North Harford High notches a repeat win in Harford Envirothon
By David Anderson
Apr 12, 2018 | 8:25 PM
North Harford Envirothon team wins the 2018 Harford County Envirothon competition.
Laura O' Leary was traveling in Alaska when her North Harford High School students won last year's Harford County Envirothon competition, the first public school to win in a decade in an upset of perennial powerhouse Harford Christian School.
She was on hand Thursday afternoon, however, when the Hawks took their second straight championship in the 2018 Harford County Envirothon at the Broad Creek Memorial Scout Reservation in Whiteford.
"I hope I can breathe in a few minutes," an emotional O'Leary said as she sat with members of North Harford's A team.
Her son, Ryan, is on the A team, called Wheat Grass, and her daughter, Erin, is on the B team. The B team, called Sagebrush, took first place in its division, too.
Students from 11 Harford private and public high schools participated in the day-long competition Thursday. They moved throughout the Broad Creek grounds, putting into practice their training and education in the areas of forestry, wildlife, aquatics and soils, and performing a written test on their "fifth topic." The fifth topic on an environmental or conservation issue changes each year. This year's topic was managing Western range land and balancing the diverse view on how it should be used.
Patrick Jones, an engineering associate with the Harford County Soil Conservation District — the primary Envirothon sponsor — said about half the Earth is covered in range lands, from deserts to grasslands. It is the primary location for the world's meat production; and most of the range land in the Western U.S. is public land.
"That means you, I and everybody else owns it," Jones said, noting that means everyone has a voice in how it is used.
The students had worked with their faculty advisers ahead of the competition, but they were on their own Thursday.
"It was an excruciating day," O'Leary said. "I could only see them from afar, and I was trying to send them my smartest environmental vibes."
North Harford took first place out of 10 A teams with 537.5 points. Harford Christian, or Orchard Grass, took second with 478.5 points, and Fallston High School, or Fescue, won third with 441.5 points, according to the results.
Sagebrush, the North Harford B team, won first place out of five teams with 339.5 points, followed by Havre de Grace High School (Rye Grass) in second with 309.5 points and Patterson Mill High School (Juniper) in third with 276.5 points.
The A team will move on to the Maryland Envirothon, scheduled for June 14 and 15 at the Maryland 4-H Environmental Education and Camping Center in Garrett County. The 2018 national championships will be held at Idaho State University in Pocatello, Idaho, in late July, according to the Maryland Envirothon website.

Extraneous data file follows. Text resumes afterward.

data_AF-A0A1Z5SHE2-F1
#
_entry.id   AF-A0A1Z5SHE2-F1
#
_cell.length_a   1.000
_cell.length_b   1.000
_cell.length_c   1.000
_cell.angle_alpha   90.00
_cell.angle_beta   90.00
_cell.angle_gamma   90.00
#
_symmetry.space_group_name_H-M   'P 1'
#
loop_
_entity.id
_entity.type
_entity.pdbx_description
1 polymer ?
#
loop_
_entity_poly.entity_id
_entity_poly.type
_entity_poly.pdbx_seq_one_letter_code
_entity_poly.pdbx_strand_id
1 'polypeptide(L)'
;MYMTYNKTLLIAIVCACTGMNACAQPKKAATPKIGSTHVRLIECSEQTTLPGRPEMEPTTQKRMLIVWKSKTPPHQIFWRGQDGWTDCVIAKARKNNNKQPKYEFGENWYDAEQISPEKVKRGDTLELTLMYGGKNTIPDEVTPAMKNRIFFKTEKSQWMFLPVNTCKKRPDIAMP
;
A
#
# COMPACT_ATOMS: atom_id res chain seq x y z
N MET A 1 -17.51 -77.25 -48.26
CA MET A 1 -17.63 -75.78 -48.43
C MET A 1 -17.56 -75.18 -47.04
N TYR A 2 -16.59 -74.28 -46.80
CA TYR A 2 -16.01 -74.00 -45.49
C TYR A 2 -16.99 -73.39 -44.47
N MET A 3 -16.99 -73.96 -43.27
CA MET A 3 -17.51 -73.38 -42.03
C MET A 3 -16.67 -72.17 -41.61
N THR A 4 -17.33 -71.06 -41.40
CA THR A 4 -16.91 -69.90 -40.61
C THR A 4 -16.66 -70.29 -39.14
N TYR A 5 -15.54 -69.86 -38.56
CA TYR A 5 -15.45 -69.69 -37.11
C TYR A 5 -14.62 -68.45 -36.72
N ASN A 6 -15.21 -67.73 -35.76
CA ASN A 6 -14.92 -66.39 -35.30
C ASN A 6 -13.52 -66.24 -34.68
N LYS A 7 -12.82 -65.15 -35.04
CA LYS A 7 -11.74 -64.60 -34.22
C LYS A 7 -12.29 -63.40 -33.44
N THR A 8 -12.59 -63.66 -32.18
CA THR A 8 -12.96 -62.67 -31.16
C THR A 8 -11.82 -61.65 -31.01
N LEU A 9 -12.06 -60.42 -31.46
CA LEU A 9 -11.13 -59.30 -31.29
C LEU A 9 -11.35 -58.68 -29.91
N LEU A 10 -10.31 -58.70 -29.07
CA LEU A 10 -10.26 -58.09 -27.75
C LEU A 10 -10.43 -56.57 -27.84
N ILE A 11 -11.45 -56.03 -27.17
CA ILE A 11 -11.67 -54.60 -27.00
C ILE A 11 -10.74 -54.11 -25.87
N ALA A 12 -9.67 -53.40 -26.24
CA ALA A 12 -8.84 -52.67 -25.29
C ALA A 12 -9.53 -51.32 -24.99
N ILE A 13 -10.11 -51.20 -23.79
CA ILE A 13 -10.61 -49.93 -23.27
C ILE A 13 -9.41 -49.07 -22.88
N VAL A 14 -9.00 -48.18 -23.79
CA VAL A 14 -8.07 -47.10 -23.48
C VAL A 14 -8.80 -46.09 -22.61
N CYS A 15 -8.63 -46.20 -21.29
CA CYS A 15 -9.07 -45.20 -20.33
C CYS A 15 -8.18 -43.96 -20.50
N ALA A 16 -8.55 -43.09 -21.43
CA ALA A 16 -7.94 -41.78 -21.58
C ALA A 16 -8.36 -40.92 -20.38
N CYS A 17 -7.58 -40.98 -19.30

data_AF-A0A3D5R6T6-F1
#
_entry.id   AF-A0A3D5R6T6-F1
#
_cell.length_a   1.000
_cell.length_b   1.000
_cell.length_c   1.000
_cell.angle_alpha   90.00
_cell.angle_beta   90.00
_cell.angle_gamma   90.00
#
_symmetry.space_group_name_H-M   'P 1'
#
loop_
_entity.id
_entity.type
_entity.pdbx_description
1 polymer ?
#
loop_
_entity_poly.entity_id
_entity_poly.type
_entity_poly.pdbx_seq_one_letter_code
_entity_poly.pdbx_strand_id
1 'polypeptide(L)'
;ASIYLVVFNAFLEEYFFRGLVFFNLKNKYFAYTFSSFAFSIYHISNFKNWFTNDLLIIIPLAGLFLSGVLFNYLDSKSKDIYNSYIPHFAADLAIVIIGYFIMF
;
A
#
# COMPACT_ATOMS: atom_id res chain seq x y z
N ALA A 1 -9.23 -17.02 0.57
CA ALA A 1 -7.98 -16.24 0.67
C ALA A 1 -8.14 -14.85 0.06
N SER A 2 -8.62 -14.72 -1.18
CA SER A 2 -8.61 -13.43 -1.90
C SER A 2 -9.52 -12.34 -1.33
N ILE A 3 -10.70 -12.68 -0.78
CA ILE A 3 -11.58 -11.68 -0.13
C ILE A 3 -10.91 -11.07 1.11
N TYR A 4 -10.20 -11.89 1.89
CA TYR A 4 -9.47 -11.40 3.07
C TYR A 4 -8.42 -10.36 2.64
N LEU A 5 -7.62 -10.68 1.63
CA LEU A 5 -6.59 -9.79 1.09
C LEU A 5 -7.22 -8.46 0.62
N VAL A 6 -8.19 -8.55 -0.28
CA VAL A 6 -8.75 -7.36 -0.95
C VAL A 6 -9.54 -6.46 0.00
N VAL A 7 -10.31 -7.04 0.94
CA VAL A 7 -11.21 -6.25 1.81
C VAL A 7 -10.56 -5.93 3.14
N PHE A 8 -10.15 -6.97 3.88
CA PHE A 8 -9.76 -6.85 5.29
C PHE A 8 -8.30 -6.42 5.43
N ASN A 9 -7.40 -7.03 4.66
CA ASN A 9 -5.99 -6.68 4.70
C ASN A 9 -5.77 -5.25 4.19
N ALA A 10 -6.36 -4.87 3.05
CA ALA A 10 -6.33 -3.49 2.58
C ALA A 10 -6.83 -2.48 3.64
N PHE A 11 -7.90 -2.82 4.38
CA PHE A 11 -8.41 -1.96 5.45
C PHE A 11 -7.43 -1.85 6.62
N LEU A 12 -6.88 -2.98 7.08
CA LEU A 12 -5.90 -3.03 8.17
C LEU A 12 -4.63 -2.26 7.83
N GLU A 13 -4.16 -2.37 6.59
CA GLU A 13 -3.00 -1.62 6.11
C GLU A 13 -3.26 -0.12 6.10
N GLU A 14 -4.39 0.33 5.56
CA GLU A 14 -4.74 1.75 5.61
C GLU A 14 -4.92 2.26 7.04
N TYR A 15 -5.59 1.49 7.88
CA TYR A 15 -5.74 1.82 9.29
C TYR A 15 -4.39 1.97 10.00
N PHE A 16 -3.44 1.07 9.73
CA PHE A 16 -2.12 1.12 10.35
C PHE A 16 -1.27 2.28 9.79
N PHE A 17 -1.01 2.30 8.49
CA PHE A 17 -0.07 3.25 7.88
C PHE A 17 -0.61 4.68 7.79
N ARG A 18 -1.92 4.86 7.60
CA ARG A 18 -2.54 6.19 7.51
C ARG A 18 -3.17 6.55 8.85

"We have a lot of work to do, because we're really hoping to go to Idaho," O'Leary said.
She said North Harford's second consecutive win is "especially nice" because four A team members will graduate this year, including her son.
Senior Aubrey Williams said of the team, "We spend a lot of time together, so I think we're kind of sick of each other at this point, but we love each other. We're like a big family."
"I'm definitely liking it a lot, I'm learning a lot," Dai said.
The students, who plan to attend John Carroll for all four years and go to college in the U.S., live with host families in Abingdon and Bel Air, respectively.
"We can do experiments and just explore in the woods and everything, it's fun," Zhang said of Envirothon.
Zhang designed the logo that adorned Envirothon 2018 T-shirts worn by all participants. It incorporates all five aspects of the competition, including grazing cows to represent the range land fifth topic.
"I [put] all of the five parts of the competition together," she said. "I personally like drawing, I'm good at art."
Fallston High students Jack Geraghty, a freshman, and sophomore Emily Dannenfelser said they enjoy the collaboration of Envirothon and getting to learn things they have not experienced in the classroom.
"It's kind of the community of people on our club, working together to get the information," Dannenfelser, of Bel Air, said.
Fallston faculty adviser Karen Williams, who teaches A.P. environmental science, said students can see "the actual jobs that are available in the field of environmental science" through their work in the competition with professionals such as foresters, wildlife biologists and soil scientists.
Some are active in their fields and others are retired. They all work on a volunteer basis, according to Jones, of the Harford Soil Conservation District.
"I enjoy that they get to work with the people that are actually working in this field," Williams said.
Julie Baker, the John Carroll adviser, teaches environmental science and chemistry and is the private school's science department chair. She said students can learn, through Envirothon, information beyond what they get in science class, such as estimating how much of a tree can be sold for lumber, part of the forestry profession.
She said they also get to experience what many local youths do not, "just being outside and learning something about where they live here in Harford County."
Tim Gerber is one of the volunteer instructors, specializing in soil science. He is an Earth Team volunteer with the USDA's Natural Resources Conservation Service. He said working with Envirothon is part of his service with NRCS.
Gerber, an adjunct faculty member at Harford Community College, is retired from the Ohio Department of Natural Resources. There, he worked on soil surveys for each county in Ohio.